Excerpt for Jiyū: Latent Portal (Second Edition) by , available in its entirety at Smashwords

This page may contain adult content. If you are under age 18, or you arrived by accident, please do not read further.


Latent Portal

(Second Edition)


Kenton Forshée

Jiyū: Latent Portal (Second Edition)

By Kenton Forshee

Smashwords Edition

Copyright 2018 Kenton Lee Forshee

Smashwords Edition, License Notes

This ebook is licensed for your personal enjoyment only. This ebook may not be re-sold or given away to other people. If you would like to share this book with another person, please purchase an additional copy for each recipient. If you’re reading this book and did not purchase it, or it was not purchased for your use only, then please return to or your favorite retailer and purchase your own copy. Thank you for respecting the hard work of this author.

This is a work of fiction. Names, characters, businesses, places, events, locales, and incidents are either the products of the author’s imagination or used in a fictitious manner. Any resemblance to actual persons, living or dead, or actual events is purely coincidental.



I give many thanks to Aryce, Daniel, my family, Tim and many others too numerous to name here. You have all been part of my journey, and I care about you all.

Also, a special thanks to Nate Marohn at the

Keep Calm Collection.


I belonged to an internet group that inspired this work. It asked, “If you had a planet, what would you do differently?” The next thing I knew, I had authored a book.

When I began this, I wrote it for me, so I hadn’t intended for others to read it, but I don’t mind if they do. This entire process has given me a much-needed catharsis, allowing me to express ideas contrary to those of my culture and sheltered upbringing. I used many so-called abnormal, taboo, wrong, or sinful things from the lies and control mechanisms of my youth.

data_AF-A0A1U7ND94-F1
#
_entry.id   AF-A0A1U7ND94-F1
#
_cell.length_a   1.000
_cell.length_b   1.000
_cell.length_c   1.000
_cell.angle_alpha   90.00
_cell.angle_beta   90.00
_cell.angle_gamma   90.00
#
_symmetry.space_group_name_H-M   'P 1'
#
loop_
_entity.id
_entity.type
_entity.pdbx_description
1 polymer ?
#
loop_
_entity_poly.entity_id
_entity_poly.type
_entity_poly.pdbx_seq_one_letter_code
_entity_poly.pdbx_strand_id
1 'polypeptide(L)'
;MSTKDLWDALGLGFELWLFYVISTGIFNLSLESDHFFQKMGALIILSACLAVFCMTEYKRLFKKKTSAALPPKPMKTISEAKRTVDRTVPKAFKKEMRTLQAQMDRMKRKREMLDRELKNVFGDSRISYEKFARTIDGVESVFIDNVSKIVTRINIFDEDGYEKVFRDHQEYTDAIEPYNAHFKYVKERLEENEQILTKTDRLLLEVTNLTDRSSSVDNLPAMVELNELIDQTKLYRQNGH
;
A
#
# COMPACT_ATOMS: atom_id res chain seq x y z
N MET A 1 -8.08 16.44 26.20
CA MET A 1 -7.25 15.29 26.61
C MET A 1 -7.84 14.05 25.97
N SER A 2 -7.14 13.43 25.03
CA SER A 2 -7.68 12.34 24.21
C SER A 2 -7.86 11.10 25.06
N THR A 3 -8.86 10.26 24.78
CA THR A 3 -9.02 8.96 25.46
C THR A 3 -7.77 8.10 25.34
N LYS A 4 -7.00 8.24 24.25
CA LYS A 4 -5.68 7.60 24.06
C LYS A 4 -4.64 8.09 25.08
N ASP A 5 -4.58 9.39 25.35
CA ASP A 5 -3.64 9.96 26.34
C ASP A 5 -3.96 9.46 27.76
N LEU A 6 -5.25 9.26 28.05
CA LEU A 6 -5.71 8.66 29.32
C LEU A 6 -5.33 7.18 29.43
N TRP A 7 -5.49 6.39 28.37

I will not live in fear of living or acquiesce to the slavery of this culture, but that's what circumstances beyond our control have made all of us, whether we recognize it or not. The culture will not allow us to fully live except within the bounds of the slave-culture, but within the book, I could create freedom, and it helped me to feel more empowered.

Although a library could shelve this series under the umbrella of several genres; such as Sci-fi, Adventure, and LGBTQ, as the author, I believe it would fit best in Counterculture. As such, I give the reader a friendly warning. Some people will find this series inflammatory, and some will choose to feel insulted by it. That’s their choice.